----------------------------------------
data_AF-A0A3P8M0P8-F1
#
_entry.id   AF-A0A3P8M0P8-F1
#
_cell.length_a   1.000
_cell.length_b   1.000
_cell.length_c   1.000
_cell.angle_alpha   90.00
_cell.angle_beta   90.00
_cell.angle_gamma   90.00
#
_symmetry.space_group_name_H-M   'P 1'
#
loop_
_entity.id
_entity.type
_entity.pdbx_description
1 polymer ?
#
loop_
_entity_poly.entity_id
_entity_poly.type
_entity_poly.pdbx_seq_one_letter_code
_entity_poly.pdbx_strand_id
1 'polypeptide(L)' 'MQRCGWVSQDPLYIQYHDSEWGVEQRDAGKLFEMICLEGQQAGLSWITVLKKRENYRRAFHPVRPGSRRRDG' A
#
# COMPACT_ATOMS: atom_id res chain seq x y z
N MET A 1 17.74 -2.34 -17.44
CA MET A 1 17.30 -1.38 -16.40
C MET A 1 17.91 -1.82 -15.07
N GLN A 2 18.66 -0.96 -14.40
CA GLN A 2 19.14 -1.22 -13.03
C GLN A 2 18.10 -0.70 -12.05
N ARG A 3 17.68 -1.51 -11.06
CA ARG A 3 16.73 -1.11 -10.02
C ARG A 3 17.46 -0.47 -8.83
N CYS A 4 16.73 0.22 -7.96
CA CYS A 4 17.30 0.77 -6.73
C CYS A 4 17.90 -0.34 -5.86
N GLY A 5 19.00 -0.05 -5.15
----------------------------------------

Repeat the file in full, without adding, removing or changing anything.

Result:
data_AF-A0A3P8M0P8-F1
#
_entry.id   AF-A0A3P8M0P8-F1
#
_cell.length_a   1.000
_cell.length_b   1.000
_cell.length_c   1.000
_cell.angle_alpha   90.00
_cell.angle_beta   90.00
_cell.angle_gamma   90.00
#
_symmetry.space_group_name_H-M   'P 1'
#
loop_
_entity.id
_entity.type
_entity.pdbx_description
1 polymer ?
#
loop_
_entity_poly.entity_id
_entity_poly.type
_entity_poly.pdbx_seq_one_letter_code
_entity_poly.pdbx_strand_id
1 'polypeptide(L)' 'MQRCGWVSQDPLYIQYHDSEWGVEQRDAGKLFEMICLEGQQAGLSWITVLKKRENYRRAFHPVRPGSRRRDG' A
#
# COMPACT_ATOMS: atom_id res chain seq x y z
N MET A 1 17.74 -2.34 -17.44
CA MET A 1 17.30 -1.38 -16.40
C MET A 1 17.91 -1.82 -15.07
N GLN A 2 18.66 -0.96 -14.40
CA GLN A 2 19.14 -1.22 -13.03
C GLN A 2 18.10 -0.70 -12.05
N ARG A 3 17.68 -1.51 -11.06
CA ARG A 3 16.73 -1.11 -10.02
C ARG A 3 17.46 -0.47 -8.83
N CYS A 4 16.73 0.22 -7.96
CA CYS A 4 17.30 0.77 -6.73
C CYS A 4 17.90 -0.34 -5.86
N GLY A 5 19.00 -0.05 -5.15